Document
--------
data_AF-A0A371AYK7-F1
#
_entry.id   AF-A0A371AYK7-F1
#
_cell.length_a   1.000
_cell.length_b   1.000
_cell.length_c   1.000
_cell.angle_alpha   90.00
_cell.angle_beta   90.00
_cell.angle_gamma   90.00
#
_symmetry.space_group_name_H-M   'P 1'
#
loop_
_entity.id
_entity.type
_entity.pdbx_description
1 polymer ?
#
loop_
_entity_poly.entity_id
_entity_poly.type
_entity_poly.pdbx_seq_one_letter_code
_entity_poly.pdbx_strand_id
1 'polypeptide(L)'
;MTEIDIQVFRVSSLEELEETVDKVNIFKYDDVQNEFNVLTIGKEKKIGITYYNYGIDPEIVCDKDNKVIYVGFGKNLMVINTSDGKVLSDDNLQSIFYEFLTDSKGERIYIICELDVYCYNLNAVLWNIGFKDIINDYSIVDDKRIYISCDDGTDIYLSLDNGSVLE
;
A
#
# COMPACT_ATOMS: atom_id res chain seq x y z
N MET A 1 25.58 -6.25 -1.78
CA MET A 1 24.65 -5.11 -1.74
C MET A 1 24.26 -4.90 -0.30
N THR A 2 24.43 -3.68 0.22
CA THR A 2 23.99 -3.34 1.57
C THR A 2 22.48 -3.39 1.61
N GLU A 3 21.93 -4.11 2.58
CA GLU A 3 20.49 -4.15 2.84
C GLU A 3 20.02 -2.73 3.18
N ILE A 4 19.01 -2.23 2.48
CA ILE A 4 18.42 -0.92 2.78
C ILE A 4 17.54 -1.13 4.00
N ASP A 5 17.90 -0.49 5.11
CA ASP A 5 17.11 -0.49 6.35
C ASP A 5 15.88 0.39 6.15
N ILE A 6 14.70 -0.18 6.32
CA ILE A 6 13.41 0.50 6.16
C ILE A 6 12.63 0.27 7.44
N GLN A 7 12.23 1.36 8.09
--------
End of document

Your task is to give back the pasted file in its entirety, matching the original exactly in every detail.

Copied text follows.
data_AF-A0A371AYK7-F1
#
_entry.id   AF-A0A371AYK7-F1
#
_cell.length_a   1.000
_cell.length_b   1.000
_cell.length_c   1.000
_cell.angle_alpha   90.00
_cell.angle_beta   90.00
_cell.angle_gamma   90.00
#
_symmetry.space_group_name_H-M   'P 1'
#
loop_
_entity.id
_entity.type
_entity.pdbx_description
1 polymer ?
#
loop_
_entity_poly.entity_id
_entity_poly.type
_entity_poly.pdbx_seq_one_letter_code
_entity_poly.pdbx_strand_id
1 'polypeptide(L)'
;MTEIDIQVFRVSSLEELEETVDKVNIFKYDDVQNEFNVLTIGKEKKIGITYYNYGIDPEIVCDKDNKVIYVGFGKNLMVINTSDGKVLSDDNLQSIFYEFLTDSKGERIYIICELDVYCYNLNAVLWNIGFKDIINDYSIVDDKRIYISCDDGTDIYLSLDNGSVLE
;
A
#
# COMPACT_ATOMS: atom_id res chain seq x y z
N MET A 1 25.58 -6.25 -1.78
CA MET A 1 24.65 -5.11 -1.74
C MET A 1 24.26 -4.90 -0.30
N THR A 2 24.43 -3.68 0.22
CA THR A 2 23.99 -3.34 1.57
C THR A 2 22.48 -3.39 1.61
N GLU A 3 21.93 -4.11 2.58
CA GLU A 3 20.49 -4.15 2.84
C GLU A 3 20.02 -2.73 3.18
N ILE A 4 19.01 -2.23 2.48
CA ILE A 4 18.42 -0.92 2.78
C ILE A 4 17.54 -1.13 4.00
N ASP A 5 17.90 -0.49 5.11
CA ASP A 5 17.11 -0.49 6.35
C ASP A 5 15.88 0.39 6.15
N ILE A 6 14.70 -0.18 6.32
CA ILE A 6 13.41 0.50 6.16
C ILE A 6 12.63 0.27 7.44
N GLN A 7 12.23 1.36 8.09